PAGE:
What Are The Differences Between a Summary And An Indictable Offence?

Learn the various offences if you want to escape mischief that can lead you to jail problems. Indictable offence and summary offences are the main categories that lead to legal discourse. As much as both offences are law violations, the procedural aspects and severity are slightly different in the justice system.

Indictable Offence

What is a summary offence?

Summary offences are less severe infractions that are tried without a jury in lower courts. They are also referred to as summary conviction offences and are often straightforward and cover various minor infractions. Examples of summary offences include petty theft, traffic violations, minor assaults, and public disturbances.

The central defining feature is the speedy resolution and swift justice. This happens through a streamlined legal process with efficient resource allocation.

What is an indictable offence?

Indictable offences involves extreme infraction. These cases require a more comprehensive legal process, are filed in higher courts such as crown courts, and may include a jury trial. The jury listens to both sides of the case then makes a guilty or innocent decision.

Indictable offences cover cases from severe assault cases to homicide. Other violations include fraud and drug trafficking, among other serious crimes. 

Some offences demand thorough investigation. The inquiry involves evidence gathering, and the work should follow procedure. Proper procedures ensure the accused is heard. Unlike summary offences, where cases undergo swift resolution, indictable offences cases can take weeks, months, or years. The deliberations are lengthy and involve both jurors and professionals or expert witnesses.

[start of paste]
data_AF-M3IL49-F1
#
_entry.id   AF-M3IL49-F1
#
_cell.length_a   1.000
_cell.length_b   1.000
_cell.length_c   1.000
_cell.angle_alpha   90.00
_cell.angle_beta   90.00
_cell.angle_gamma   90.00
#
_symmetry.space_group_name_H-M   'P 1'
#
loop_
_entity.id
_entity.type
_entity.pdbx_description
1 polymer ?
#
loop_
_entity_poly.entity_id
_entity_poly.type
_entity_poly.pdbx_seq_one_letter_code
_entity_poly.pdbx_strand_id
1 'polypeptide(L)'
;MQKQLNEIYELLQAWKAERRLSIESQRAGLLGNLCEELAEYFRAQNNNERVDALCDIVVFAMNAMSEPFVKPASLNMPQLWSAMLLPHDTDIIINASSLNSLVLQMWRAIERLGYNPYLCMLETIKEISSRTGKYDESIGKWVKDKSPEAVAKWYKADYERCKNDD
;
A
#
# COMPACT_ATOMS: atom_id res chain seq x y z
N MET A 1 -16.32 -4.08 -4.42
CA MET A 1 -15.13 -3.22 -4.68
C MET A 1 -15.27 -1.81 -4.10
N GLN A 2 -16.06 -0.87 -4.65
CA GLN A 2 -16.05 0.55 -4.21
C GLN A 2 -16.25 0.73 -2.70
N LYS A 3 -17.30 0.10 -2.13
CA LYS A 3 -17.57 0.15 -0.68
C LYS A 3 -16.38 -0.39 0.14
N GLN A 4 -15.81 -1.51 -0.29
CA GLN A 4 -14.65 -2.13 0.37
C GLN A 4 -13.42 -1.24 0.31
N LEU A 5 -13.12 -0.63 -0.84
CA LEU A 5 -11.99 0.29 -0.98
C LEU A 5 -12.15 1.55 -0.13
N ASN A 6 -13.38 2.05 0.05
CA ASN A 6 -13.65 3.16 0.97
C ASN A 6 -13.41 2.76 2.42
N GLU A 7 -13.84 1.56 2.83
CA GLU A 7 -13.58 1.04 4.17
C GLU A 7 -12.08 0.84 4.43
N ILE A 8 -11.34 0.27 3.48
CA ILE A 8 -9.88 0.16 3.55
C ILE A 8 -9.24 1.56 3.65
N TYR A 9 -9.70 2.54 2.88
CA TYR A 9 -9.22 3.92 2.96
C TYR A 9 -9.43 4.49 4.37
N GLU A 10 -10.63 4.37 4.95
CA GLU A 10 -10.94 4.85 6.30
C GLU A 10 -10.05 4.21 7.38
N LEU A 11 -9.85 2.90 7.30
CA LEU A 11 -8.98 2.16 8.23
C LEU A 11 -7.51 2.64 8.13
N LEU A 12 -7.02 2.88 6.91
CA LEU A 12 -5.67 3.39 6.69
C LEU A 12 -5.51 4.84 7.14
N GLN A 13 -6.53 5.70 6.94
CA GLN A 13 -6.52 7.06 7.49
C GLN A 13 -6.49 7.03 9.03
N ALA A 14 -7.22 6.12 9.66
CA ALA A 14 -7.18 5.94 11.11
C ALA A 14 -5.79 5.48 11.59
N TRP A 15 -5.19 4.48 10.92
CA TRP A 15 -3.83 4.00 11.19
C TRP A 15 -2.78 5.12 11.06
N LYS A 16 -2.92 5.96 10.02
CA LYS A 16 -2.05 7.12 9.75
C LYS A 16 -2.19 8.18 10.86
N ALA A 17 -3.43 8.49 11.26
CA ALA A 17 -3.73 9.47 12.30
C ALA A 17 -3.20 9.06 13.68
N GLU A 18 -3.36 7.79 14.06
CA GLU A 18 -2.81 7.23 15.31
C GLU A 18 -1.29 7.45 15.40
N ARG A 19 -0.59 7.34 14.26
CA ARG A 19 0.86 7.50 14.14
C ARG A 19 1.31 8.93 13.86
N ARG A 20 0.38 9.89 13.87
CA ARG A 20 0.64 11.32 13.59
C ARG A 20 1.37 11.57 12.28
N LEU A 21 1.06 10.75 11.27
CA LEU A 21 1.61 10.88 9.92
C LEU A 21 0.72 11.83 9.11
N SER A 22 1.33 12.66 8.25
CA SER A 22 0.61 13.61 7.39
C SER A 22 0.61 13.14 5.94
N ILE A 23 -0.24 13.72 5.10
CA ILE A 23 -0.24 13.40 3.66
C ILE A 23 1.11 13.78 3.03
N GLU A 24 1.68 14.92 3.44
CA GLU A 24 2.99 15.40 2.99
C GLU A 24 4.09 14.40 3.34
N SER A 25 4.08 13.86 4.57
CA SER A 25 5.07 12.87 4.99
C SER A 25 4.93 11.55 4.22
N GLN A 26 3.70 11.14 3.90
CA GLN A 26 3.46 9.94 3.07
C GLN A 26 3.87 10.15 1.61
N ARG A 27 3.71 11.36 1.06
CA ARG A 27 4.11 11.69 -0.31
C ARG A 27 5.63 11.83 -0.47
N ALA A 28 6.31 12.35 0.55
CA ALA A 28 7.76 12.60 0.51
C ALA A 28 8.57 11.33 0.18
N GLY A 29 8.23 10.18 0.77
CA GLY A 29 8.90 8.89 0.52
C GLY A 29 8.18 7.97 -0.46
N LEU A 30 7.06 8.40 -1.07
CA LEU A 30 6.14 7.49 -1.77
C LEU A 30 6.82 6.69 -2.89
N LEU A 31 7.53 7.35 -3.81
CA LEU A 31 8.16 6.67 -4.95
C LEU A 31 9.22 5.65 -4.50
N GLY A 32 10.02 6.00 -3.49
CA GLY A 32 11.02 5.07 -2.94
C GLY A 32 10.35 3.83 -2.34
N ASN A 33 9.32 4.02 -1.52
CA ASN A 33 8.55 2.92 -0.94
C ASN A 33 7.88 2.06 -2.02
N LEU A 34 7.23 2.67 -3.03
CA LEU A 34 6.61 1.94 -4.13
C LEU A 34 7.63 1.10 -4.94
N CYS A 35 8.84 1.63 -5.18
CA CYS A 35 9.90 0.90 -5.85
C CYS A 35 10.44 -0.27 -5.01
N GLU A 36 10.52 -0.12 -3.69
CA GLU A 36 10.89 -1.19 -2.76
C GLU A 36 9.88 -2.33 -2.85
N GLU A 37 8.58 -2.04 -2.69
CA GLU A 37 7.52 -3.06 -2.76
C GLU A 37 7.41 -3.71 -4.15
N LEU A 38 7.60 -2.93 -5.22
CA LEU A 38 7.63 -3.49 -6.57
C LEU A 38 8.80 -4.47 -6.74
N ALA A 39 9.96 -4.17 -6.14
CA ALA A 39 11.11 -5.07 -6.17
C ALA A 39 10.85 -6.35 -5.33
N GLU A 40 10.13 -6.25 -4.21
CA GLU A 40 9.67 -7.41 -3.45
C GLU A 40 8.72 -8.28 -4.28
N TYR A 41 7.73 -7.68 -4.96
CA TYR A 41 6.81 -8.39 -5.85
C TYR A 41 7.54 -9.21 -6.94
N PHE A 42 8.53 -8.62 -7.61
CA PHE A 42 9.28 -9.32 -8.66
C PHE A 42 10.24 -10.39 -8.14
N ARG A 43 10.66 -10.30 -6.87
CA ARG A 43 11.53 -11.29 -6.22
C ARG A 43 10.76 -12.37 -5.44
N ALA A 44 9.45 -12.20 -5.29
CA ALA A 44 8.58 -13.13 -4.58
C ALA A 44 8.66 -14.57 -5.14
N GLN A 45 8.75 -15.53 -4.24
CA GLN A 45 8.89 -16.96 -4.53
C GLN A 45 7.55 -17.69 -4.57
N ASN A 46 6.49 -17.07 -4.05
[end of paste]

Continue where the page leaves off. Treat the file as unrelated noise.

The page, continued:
Summary vs indictable offences – key differences


Indictable offences are grievous crimes, while summary offences are minor infractions. Indictable offences receive harsh penalties. Violent crimes carry lengthy prison sentences and significant consequences.

Legal process

Summary offences are resolved in lower courts through a simplified judicial process. However, indictable offences involve more extensive judicial proceedings, starting with preliminary hearings, grand jury indictments, and finally, jury trials. The whole process takes place in higher courts.


The judge imposes penalties in summary offences. These punishments can be fines, community service or even short-term prison sentences. In contrast, indictable offences get severe penalties like lengthy prison sentences. Sometimes, they get huge fines or severe sanctions. However, the penalties depend on the crime.

Court jurisdiction

Summary offences are determined in lower courts, whereas trials for indictable offences happen in higher courts. Indictable offences attract the attention of higher courts, which have more judicial resources and authority to handle complex legal issues effectively.

Right to get a jury trial

Only indictable offence are subjected to a jury trials. Jury trials involves selection of jurors who look at the evidence. The jurors listen to arguments of both the defence and prosecution to ensure impartiality. Jurors deliberate and make a guilty or innocent decision based on fair assessment of evidence. However, the judge makes a determination on summary offences. There is no jury participating. 


As much as both summary and indictable offences represent violations of the law, severity, penalties, trial procedures, legal process, and court jurisdictions differ. Contact criminal lawyers to interpret the different legal rights and potential consequences when involved in a legal action.